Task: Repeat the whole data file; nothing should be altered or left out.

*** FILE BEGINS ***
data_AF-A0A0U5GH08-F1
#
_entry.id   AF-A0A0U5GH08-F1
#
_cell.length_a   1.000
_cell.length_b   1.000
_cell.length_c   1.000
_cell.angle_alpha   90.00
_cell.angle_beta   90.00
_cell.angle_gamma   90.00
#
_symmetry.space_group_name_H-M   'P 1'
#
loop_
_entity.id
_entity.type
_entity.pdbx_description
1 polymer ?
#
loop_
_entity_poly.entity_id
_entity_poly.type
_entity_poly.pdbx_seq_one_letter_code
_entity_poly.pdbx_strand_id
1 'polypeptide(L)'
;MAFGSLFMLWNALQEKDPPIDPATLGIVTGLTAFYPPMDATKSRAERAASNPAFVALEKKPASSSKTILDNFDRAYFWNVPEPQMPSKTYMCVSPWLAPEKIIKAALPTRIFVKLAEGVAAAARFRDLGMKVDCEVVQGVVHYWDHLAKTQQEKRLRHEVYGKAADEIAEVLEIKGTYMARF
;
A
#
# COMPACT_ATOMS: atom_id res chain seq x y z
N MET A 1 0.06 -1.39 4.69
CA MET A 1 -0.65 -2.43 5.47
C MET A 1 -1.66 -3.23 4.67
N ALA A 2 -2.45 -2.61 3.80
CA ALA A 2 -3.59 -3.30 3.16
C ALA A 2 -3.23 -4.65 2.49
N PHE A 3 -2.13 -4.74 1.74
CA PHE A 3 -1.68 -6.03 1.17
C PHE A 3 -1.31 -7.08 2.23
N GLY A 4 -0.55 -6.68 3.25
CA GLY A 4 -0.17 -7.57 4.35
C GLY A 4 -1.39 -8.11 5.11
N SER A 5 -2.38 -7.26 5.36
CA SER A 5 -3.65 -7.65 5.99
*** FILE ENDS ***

data_AF-A0A0U5GH08-F1
#
_entry.id   AF-A0A0U5GH08-F1
#
_cell.length_a   1.000
_cell.length_b   1.000
_cell.length_c   1.000
_cell.angle_alpha   90.00
_cell.angle_beta   90.00
_cell.angle_gamma   90.00
#
_symmetry.space_group_name_H-M   'P 1'
#
loop_
_entity.id
_entity.type
_entity.pdbx_description
1 polymer ?
#
loop_
_entity_poly.entity_id
_entity_poly.type
_entity_poly.pdbx_seq_one_letter_code
_entity_poly.pdbx_strand_id
1 'polypeptide(L)'
;MAFGSLFMLWNALQEKDPPIDPATLGIVTGLTAFYPPMDATKSRAERAASNPAFVALEKKPASSSKTILDNFDRAYFWNVPEPQMPSKTYMCVSPWLAPEKIIKAALPTRIFVKLAEGVAAAARFRDLGMKVDCEVVQGVVHYWDHLAKTQQEKRLRHEVYGKAADEIAEVLEIKGTYMARF
;
A
#
# COMPACT_ATOMS: atom_id res chain seq x y z
N MET A 1 0.06 -1.39 4.69
CA MET A 1 -0.65 -2.43 5.47
C MET A 1 -1.66 -3.23 4.67
N ALA A 2 -2.45 -2.61 3.80
CA ALA A 2 -3.59 -3.30 3.16
C ALA A 2 -3.23 -4.65 2.49
N PHE A 3 -2.13 -4.74 1.74
CA PHE A 3 -1.68 -6.03 1.17
C PHE A 3 -1.31 -7.08 2.23
N GLY A 4 -0.55 -6.68 3.25
CA GLY A 4 -0.17 -7.57 4.35
C GLY A 4 -1.39 -8.11 5.11
N SER A 5 -2.38 -7.26 5.36
CA SER A 5 -3.65 -7.65 5.99